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Ancient moon priestesses were called virgins. ‘Virgin’ meant not married, not belonging to a man - a woman who was ‘one-in-herself’. The very word derives from a Latin root meaning strength, force, skill; and was later applied to men: virle. Ishtar, Diana, Astarte, Isis were all all called virgin, which did not refer to sexual chastity, but sexual independence. And all great culture heroes of the past, mythic or historic, were said to be born of virgin mothers: Marduk, Gilgamesh, Buddha, Osiris, Dionysus, Genghis Khan, Jesus - they were all affirmed as sons of the Great Mother, of the Original One, their worldly power deriving from her. When the Hebrews used the word, and in the original Aramaic, it meant ‘maiden’ or ‘young woman’, with no connotations to sexual chastity. But later Christian translators could not conceive of the ‘Virgin Mary’ as a woman of independent sexuality, needless to say; they distorted the meaning into sexually pure, chaste, never touched.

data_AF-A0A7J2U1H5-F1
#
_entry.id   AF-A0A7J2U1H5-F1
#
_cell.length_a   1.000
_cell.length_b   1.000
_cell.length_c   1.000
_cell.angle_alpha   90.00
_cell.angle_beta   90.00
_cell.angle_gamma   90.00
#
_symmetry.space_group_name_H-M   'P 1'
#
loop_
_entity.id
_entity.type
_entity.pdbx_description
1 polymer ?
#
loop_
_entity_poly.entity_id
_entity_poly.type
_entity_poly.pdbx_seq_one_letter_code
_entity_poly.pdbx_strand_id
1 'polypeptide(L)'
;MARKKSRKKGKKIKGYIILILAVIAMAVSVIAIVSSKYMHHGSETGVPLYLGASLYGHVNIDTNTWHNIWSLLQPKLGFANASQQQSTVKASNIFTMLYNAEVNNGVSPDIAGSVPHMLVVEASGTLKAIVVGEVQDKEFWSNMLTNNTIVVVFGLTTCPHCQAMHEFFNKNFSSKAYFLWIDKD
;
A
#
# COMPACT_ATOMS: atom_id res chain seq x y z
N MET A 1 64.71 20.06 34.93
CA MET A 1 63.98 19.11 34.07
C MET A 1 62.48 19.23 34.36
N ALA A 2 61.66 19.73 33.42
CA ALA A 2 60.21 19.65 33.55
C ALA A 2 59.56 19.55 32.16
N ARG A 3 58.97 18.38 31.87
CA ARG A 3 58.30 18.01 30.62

Monica Sjoo, The Great Cosmic Mother: Rediscovering the Religion of the Earth (via 231895)

(Source: ynannarising)

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Human Organs Formed with Wild Plant Arrangements by Camila Carlow

UK-based, Guatemalan-born artist Camila Carlow was not deterred by the complexity of the human body when she was developing her series Eye Heart Spleen. For the project, she transformed a handful of normally grotesque, bloody organs into an array of greenery and beautiful blossoms.

Oh my goodness this is fantastic

(Source: f-l-e-u-r-d-e-l-y-s)

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